Caramel Apple Pie Bars Recipe

Apple crisp meets caramel apple pie in these treats. Plus, chew on apple fun facts, find a local orchard, and link to more recipes
Caramel Apple Pie Bars

Washington Apple Commission

Apples provide so many delicious options for snacking, baking, and even savory dishes. There are more than 7,500 known varieties of apples grown worldwide and about 2,500 varieties grown in the United States—with Washington, Michigan, and New York the top three states in apple production. Of those, a small number of varieties accounts for the lion’s share of commercial production. Lucky for us, it’s harvest time for local apples, and bushels of our favorite varieties from near and far are waiting for enjoying on their own and in recipes such as the bars here, courtesy of the Washington Apple Commission. Certain apples will keep their shape and lend just the right tart or sweet element to recipes. This one calls for Honeycrisp, which is ripe for the picking.

Apple Fun Facts

Did you know that John Chapman, better known as Johnny Appleseed, was a real person and one of the reasons we have so many apples today? Throughout the early 1800s, Chapman planted and owned many acres of apple orchards along America’s western frontier and sold and traded apple trees.

Here are some tidbits from Washington Apples to chew on while you’re preparing this recipe:

  • Apples float because they are 85 percent water.
  • It takes the energy from 50 apple tree leaves to produce one apple.
  • The average apple contains 5 seeds.
  • The science of growing apples is called pomology.
  • The star-shaped bottom of an apple is called its calyx.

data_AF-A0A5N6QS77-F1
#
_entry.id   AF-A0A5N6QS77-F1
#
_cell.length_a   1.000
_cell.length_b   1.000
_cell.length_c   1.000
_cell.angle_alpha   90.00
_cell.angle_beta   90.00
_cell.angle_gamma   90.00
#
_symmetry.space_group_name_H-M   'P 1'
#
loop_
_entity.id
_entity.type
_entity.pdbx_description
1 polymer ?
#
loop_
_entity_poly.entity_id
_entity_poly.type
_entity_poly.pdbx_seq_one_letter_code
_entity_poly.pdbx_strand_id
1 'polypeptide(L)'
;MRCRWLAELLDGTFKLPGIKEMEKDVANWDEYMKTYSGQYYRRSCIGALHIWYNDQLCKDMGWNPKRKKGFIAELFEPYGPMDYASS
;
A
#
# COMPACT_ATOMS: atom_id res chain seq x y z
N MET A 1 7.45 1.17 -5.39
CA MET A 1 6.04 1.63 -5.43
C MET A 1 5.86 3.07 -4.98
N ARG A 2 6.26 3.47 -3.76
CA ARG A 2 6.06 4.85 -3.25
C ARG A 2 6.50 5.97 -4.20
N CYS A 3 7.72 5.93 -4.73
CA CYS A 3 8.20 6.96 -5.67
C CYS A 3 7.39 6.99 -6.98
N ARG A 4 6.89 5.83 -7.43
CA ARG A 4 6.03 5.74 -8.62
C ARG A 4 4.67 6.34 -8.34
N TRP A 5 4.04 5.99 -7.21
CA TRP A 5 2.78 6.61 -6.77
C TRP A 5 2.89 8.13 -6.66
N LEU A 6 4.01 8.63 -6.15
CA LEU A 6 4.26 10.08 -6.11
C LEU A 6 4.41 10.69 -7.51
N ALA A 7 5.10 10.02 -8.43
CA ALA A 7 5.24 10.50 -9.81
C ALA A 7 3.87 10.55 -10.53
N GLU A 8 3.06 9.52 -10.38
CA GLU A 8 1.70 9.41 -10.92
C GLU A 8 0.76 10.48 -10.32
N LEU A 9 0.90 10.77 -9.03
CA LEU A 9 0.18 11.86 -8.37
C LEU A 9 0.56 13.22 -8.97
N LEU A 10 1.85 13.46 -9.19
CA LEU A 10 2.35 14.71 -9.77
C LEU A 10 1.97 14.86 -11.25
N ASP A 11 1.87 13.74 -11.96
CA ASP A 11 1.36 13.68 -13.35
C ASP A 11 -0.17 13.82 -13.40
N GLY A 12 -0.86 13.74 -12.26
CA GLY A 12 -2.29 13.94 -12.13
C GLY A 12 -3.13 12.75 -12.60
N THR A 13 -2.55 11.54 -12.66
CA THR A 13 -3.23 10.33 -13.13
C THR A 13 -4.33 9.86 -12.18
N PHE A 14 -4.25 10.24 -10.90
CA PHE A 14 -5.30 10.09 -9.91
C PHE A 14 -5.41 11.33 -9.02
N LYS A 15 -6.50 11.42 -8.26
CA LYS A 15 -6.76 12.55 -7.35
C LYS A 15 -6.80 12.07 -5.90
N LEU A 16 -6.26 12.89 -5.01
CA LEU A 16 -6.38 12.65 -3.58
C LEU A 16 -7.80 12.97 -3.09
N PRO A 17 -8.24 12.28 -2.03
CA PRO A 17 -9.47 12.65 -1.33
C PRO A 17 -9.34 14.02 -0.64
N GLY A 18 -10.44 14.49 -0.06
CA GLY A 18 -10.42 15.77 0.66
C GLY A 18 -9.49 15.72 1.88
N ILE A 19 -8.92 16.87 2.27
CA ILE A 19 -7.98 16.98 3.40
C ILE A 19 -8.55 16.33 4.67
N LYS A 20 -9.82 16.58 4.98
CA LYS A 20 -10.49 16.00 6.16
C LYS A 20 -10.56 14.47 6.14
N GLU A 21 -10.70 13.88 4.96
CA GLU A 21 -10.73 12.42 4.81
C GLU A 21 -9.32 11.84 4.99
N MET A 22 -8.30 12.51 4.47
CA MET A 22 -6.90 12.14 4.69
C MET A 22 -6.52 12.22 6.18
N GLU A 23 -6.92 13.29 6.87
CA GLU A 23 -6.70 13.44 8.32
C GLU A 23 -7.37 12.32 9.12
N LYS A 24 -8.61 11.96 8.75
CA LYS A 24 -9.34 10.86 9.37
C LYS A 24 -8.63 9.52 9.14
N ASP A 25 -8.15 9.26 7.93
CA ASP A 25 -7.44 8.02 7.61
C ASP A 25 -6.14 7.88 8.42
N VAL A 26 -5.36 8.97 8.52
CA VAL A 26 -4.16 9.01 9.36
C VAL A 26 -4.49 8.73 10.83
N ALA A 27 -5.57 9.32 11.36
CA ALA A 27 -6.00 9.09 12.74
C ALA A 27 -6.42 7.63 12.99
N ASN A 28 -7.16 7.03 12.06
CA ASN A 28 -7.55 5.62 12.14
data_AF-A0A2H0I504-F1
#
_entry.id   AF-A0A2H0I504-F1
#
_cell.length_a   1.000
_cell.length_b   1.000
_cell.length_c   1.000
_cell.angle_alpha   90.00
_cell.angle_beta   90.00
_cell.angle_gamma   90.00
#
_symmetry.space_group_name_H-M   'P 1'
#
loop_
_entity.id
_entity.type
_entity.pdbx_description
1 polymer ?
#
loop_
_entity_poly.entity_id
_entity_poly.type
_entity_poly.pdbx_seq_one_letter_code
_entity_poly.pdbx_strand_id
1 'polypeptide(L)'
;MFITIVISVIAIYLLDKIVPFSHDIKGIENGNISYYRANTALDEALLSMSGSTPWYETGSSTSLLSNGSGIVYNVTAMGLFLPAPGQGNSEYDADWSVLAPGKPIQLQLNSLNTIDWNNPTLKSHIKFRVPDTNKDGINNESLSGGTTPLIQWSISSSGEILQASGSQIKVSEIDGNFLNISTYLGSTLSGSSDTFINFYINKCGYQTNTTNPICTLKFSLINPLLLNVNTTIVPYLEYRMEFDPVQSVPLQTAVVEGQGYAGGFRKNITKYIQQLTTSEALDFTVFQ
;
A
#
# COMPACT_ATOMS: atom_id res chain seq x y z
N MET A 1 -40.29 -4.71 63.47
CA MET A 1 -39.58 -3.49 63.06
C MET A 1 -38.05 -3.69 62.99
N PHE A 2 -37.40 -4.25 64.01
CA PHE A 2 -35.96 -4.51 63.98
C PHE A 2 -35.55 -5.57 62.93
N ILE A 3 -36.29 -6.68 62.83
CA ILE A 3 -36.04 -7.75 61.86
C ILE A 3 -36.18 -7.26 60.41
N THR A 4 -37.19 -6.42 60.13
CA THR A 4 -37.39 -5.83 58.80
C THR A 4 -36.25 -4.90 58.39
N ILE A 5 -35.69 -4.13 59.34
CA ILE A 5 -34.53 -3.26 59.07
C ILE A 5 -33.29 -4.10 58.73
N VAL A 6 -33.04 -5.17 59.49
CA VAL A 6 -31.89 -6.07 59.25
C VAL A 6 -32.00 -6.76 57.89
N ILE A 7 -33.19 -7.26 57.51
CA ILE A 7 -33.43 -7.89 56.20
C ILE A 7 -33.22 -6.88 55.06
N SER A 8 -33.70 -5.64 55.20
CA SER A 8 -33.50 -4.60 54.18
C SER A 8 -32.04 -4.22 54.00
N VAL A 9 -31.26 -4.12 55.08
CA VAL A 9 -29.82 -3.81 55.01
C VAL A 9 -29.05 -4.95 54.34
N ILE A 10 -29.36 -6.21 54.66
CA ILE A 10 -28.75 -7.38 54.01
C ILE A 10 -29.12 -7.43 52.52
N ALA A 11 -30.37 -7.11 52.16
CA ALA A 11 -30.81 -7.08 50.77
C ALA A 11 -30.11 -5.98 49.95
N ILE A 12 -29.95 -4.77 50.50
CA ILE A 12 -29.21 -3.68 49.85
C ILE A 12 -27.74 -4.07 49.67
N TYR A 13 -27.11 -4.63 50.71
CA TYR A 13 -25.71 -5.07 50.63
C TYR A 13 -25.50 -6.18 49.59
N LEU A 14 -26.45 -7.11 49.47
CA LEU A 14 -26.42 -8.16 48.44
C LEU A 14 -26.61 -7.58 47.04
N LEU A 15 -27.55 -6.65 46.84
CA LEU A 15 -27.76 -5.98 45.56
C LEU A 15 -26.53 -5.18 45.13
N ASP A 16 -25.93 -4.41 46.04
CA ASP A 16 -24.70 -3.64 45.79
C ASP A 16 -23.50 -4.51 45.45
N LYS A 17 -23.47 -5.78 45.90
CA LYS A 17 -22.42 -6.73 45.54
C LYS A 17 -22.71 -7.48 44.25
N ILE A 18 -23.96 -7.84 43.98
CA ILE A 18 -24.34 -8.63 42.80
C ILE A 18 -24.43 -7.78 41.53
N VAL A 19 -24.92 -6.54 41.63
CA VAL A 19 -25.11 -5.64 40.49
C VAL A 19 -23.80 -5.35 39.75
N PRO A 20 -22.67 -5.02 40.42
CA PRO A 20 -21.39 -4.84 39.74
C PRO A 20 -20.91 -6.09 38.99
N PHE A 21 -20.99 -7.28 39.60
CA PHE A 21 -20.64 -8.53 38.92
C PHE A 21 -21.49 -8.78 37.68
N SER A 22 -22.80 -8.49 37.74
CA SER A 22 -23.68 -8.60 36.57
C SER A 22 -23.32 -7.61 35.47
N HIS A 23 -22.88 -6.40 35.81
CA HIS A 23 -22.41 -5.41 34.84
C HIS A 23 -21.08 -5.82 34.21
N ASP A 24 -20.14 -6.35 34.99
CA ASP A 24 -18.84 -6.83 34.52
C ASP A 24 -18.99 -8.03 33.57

Caramel Apple Pie Bars

Makes 12 servings | Recipe courtesy Washington Apple Commission

Apple crisp meets caramel apple pie to make these caramel apple pie bars. Tender cooked apples top a simple shortbread cookie and are topped with a crumbly topping that’s made with leftover shortbread ingredients.

For the Crust
2 cups all-purpose flour
1 cup refrigerated butter, divided
½ cup granulated sugar
½ heaping teaspoon salt
¼ teaspoon cinnamon

For the Topping
½ cup old fashioned oats
¼ cup dark brown sugar
¼ cup cold butter

For the Filling
2 Honeycrisp apples
3 tablespoons all-purpose flour
2 tablespoons granulated sugar
2 teaspoons lemon juice
1 teaspoon cinnamon
1/8 teaspoon ground nutmeg
¼ cup caramel sauce

  1. Heat oven to 350°F. Cube butter. Line a 9×13-inch pan with parchment paper and spray with cooking spray. Set aside.
  2. Add all crust ingredients to a stand mixer or food processor, mix until butter is evenly distributed. Mixture will be sandy.
  3. Pour ½ crust mixture into baking pan, press down with the flat bottom of a 1 cup measuring cup. Bake for 10 to 12 minutes, until shortbread crust looks like a cookie, as in it looks like it’s forming a crust. It may not brown; that’s fine.
  4. While crust is cooking, add topping ingredients to remaining crust ingredients, mix until it begins to crumble. Refrigerate until use.
  5. Next, prepare filling by coring apples and thinly slicing them. Add thinly sliced apples to medium mixing bowl, add remaining filling ingredients (minus caramel sauce) to bowl and mix until all apples are coated. Set aside.
  6. Once crust is cooked, spread apple mixture into an even layer on top of crust. Sprinkle topping over apples and bake for 25 to 30 minutes until topping is golden brown. Let cool at least 10 minutes before you cut and serve them. Drizzle with caramel sauce prior to serving. Refrigerate, covered, these will keep for up to 4 or 5 days.

Hungry for More?

Apple Recipes
Check out both savory and sweet apple recipes and more in the current fall issue of Real Food at Lunds & Byerlys stores now and on their website here.

Minnesota Apple Harvest, Orchard Info, and More Recipes
Link to a dozen apple-centric recipes I highlighted in last week’s post plus where to find locally grown apples here.

Mary Subialka is the editor of Real Food and Drinks magazines, covering the flavorful world of food, wine, and spirits. She rarely meets a chicken she doesn’t like, and hopes that her son, who used to eat beets and Indian food as a preschooler, will one day again think of real food as more than something you need to eat before dessert and be inspired by his younger brother, who is now into trying new foods.